Bacteria inside Shoes
They are hardly a topic discussed very often. Yet there are many bacteria living inside your shoes. There they can result in smelly shoes which are an annoyance to yourself and anyone who comes close to them.
In this blog post, I will give you short information on bacteria inside shoes: where they come from, what kinds of bacteria may live inside your shoes and how to limit the impact of such microorganisms living in your shoes.
Where do the bacteria in your shoes come from?
This is pretty straight forward. On your skin live many different bacteria. Most of them play helpful roles for your overall well-being. They create a biological environment harmful to pathogenic microorganisms. However, some bugs on your skin also are less positive for you. Apart from real pathogens, there are bacteria that are not making you sick but are still annoying.
They break down the contents of your sweat and transform them into smelly compounds (e.g. butyric acid). One of the areas where this happens commonly is your feet. I am sure that you are familiar with the typical smell of “cheesy feet” that have stuck in shoes for a couple of hours and sweated a lot in those shoes.
Apart from the smelly particles from your feet that go directly into your socks and shoes also some of the bacteria from your feet get transferred into your shoes, together with some more sweat. This sweat they can degrade as well, creating your very own “Cheese Factory”. Yuck..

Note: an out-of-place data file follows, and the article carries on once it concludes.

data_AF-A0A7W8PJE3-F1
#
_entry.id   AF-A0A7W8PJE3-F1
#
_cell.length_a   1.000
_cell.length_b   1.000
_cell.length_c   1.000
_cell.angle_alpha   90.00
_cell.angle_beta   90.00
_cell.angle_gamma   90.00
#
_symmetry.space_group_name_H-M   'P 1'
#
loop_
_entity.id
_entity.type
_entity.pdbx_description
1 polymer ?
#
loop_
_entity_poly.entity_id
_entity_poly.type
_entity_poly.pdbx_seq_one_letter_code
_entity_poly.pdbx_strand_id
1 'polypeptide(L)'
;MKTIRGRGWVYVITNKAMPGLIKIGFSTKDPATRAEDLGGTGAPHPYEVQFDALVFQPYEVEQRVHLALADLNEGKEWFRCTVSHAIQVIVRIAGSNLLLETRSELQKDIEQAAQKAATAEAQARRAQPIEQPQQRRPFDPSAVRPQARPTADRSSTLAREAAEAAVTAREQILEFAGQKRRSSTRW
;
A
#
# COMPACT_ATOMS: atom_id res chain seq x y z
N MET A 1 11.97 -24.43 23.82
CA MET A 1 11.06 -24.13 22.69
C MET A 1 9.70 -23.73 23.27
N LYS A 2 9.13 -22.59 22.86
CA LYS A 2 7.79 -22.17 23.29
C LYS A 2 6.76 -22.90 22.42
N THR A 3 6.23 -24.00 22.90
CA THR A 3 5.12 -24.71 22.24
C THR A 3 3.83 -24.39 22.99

What kind of bacteria live inside your shoes?
Typically the bacteria in your shoes are the same that can be found on your body causing all kinds of smells. Examples of bacteria strains that live on the skin and create the typical cheesy smell are:
- Brevibacterium epidermis
- Staphylococcus spp
- Bacillus subtilis natto
What to do against smelly shoes?
Here are some tricks against the bacteria living on your feet and inside your shoes and the smell they can create (some are pretty obvious):
- Wash your feet every day, and whenever they are smelling
- Change your socks often
- Don’t wear the same pair of shoes all the time. Rather rotate them every day.
- During the day go barefoot or at least without shoes as often as you can (i.e. do not wear them at home or in the office).
- Wear sandals
- When your shoes smell and you can wash them, do so.
- Use deodorants inside your shoes, such as sprays or deodorant balls.
- Use sprays that kill off microorganisms, such as silver solutions.
All pretty simple things that should keep your feet and shoes smell-free and reduce the number of foot odor bacteria.